When it comes to writing, I do a lot of listening.  My characters love to talk - sometimes at the most inopportune times - like in the middle of my work day.  When that happens, I jot down a few quick notes - just to make sure I don't forget. I try to know where the story is going before I sit down in front of the keyboard.

How does your work differ from others of its genre?

Of Dreams and Shadow is Young Adult Paranormal.  However, there aren't any vampires, werewolves, etc.  Instead, I've got a sinister shadow haunting the pages.  The Reasons Why (soon to be released) is new adult fiction.  The main characters are from a blended family.  They have to come to terms with the fact that love can happen at the most inconvenient times with the most inconvenient people.

Why do you write what you do?

This may sound crazy but its true - what I write depends on the characters and what they have to say.  I first started writing The Reasons Why because Britney and Michael popped in my head and wouldn't leave me alone.  It was quite frustrating to be honest. I was working on the sequel to Dreams and I literally reached a point that I couldn't go any further - not until Britney and Michael had their say.  I sat down in front of the keyboard with the intention to write just enough to get them to hush.  It never happened - the more I listened, the more they talked.

Who's up next?  That would be authors Laurie WJN and Beth Camp.  Laurie is the author of The Misadventures of Me and My Uterus.  Make sure you swing by her blog - Looking on the Sunnyside.  Beth Camp is the author of Standing Stones. Click here for Beth's blog.  

Thursday, May 15, 2014

Mean Girls in Young Adult Fiction

There are people who would prefer that the stereotypical mean girl, who so often appears in young adult fiction, would go the way of the dodo bird.  But why?  Literature is sprinkled with femme fatale characters who use their beauty and charm to manipulate.  They lie and deceive.  They bring a certain magic to the story.  Like the femme fatale, the mean girl serves much the same purpose.
The teenage years are a time of growing and maturing.  It's also the time when many teens are at their most vulnerable.  I explored this topic in Of Dreams and Shadow.   Having a mean girl allowed me to use her as a tool - one that could expose my main character's insecurities.  Jenna is a typical teen.  She's the new girl in school.  She's dealing with all the baggage that comes with a move - finding her place in a new social environment while mourning the loss of the security of her former life and friends.  Mean Girl Melissa helped to propel Jenna's story.  She made sure Jenna felt out of place.  She possessed a confidence that Jenna lacked.   Because of her, Jenna had to grow.  She had to become a young woman who knew her own self-worth.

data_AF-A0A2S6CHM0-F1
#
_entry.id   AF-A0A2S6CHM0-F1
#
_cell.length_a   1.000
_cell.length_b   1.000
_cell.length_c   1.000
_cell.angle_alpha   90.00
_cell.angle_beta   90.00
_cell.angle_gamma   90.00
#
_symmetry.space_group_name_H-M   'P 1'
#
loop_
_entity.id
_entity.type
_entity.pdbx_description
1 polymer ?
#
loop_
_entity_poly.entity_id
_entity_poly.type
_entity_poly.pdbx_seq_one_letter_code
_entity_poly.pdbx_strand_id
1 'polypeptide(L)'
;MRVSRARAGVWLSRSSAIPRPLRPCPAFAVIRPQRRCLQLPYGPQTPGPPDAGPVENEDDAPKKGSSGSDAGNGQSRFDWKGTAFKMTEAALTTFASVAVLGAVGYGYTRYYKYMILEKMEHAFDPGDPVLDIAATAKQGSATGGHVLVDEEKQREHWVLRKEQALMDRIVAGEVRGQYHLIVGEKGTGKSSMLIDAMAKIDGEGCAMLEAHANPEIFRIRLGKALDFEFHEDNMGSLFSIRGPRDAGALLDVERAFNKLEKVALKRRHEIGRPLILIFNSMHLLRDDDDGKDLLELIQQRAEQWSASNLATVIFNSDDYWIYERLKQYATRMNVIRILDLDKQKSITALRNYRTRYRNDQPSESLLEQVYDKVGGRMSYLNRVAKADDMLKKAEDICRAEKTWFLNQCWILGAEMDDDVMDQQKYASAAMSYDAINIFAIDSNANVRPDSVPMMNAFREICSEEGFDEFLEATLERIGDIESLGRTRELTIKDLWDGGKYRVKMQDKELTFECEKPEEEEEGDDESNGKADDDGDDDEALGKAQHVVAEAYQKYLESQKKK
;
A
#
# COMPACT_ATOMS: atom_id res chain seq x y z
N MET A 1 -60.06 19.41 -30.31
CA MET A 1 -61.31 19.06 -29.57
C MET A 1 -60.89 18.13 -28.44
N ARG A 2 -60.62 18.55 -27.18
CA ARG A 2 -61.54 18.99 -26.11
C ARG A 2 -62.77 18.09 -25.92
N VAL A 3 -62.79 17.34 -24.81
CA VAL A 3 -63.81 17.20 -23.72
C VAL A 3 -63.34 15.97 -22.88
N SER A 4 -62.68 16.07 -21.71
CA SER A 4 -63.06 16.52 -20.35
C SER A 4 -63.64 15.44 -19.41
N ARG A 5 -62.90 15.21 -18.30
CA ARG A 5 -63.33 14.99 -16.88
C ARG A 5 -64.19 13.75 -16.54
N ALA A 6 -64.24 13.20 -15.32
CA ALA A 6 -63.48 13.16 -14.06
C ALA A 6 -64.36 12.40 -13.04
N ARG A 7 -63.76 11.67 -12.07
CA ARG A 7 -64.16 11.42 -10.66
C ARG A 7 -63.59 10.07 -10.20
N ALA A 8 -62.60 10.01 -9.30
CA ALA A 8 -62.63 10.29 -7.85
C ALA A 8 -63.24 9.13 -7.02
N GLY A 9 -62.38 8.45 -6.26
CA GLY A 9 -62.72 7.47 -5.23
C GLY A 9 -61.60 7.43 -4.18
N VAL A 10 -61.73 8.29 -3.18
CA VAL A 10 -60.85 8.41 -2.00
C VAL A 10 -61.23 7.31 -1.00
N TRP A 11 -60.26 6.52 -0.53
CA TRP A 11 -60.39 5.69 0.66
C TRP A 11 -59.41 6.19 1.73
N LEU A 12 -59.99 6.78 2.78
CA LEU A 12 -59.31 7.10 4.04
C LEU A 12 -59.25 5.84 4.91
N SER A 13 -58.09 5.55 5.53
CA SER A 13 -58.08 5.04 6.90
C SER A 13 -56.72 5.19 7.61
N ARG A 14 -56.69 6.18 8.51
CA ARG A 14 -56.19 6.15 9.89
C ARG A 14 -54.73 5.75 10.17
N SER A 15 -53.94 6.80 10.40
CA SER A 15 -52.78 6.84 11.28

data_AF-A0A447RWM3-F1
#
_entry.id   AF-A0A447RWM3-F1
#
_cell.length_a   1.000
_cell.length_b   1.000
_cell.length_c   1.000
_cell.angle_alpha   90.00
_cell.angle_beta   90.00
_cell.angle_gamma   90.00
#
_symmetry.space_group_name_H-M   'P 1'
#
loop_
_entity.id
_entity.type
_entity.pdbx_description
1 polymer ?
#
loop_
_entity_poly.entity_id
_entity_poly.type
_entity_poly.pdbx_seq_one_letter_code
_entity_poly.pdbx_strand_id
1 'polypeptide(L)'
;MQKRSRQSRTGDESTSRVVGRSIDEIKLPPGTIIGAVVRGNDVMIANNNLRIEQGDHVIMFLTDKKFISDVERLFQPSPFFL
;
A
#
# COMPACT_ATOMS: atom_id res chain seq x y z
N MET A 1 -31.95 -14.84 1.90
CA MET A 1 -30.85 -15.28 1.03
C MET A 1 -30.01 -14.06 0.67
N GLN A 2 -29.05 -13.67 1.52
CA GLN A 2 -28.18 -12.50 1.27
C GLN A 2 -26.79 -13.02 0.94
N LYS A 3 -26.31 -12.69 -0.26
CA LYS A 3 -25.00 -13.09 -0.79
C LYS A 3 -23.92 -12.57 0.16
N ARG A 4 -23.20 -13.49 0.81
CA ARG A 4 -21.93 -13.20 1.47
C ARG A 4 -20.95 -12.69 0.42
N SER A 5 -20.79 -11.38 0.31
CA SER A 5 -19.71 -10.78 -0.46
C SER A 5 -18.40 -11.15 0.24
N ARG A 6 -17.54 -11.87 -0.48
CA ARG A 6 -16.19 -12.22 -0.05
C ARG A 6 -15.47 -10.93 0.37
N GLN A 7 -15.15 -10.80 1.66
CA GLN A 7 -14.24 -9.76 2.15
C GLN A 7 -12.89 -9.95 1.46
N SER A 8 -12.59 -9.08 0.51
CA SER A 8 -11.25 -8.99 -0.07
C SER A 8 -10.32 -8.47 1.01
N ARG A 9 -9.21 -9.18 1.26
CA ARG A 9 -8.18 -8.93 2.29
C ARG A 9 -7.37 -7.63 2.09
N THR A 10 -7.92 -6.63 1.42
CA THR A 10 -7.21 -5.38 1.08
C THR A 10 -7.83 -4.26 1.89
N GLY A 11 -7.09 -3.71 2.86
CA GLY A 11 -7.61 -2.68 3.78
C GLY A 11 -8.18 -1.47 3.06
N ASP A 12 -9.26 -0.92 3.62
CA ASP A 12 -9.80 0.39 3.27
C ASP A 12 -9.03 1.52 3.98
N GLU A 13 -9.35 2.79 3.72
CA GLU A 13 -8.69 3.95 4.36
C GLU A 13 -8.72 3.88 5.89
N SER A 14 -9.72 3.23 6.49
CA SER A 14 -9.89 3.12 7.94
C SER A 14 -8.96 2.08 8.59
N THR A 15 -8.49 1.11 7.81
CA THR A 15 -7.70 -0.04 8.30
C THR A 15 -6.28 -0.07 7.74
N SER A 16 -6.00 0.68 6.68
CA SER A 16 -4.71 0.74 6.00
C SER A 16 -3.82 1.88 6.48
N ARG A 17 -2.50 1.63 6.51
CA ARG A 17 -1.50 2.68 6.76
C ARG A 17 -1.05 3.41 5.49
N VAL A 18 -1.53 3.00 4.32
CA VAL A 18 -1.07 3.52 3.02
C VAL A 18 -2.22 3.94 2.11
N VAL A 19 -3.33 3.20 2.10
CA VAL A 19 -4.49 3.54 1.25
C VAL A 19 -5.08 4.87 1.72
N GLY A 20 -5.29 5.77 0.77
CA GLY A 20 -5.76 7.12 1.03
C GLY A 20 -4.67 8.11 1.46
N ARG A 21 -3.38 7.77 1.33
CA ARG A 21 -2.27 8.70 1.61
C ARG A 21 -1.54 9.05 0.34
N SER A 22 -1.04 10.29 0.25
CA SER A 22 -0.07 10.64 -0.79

But what of the mean girl?  Why do we typically choose to describe her as popular and beautiful? After all, we all know girls that are not only popular/beautiful but sweet and kind.  So why the stereotype?  There are a variety of reasons but one reason sticks out for me.  In our society, looks are valued; females tend to compare themselves to their peers.  Most people can relate to the girl who is all too aware of the pimple that blemishes her face or the hair that refuses to cooperate.  We know what it's like to feel as though we don't measure up.  The mean girl is beautiful because she has to be.  She's the picture of perfection, a contrast to the main character's self-perceived shortcomings.

Monday, May 5, 2014

Book Tour

Of Dreams and Shadow: Forget Me Not (Book 1) is going on tour with 
Pump Up Your Book Tours.  
I'll be visiting some really awesome blogs so stop by!
PUYB Tour Schedule A

Divider 9Monday, May 5
Guest Blogging at Bibliotica
Tuesday, May 6
Wednesday, May 7
Thursday, May 8
Guest Blogging at Lori’s Reading Corner
Friday, May 9
Monday, May 12
Book Review at Book Club Sisters
Tuesday, May 13
Book Review at Mary’s Cup of Tea
Wednesday, May 14
Book Featured at I Heart Reading
Monday, May 19
Book Review at Crazy Four Books
Thursday, May 22
Guest Blogging at CBY Book Club
Monday, May 26
Book Review at Emeraldfire’s Bookmark
Tuesday, May 27
Book Featured at Mom With a Kindle
Wednesday, May 28
Book Review at Queen of All She Reads
Friday, May 30
Book Review at Ashley’s Bookshelf
Book Review at Bound 4 Escape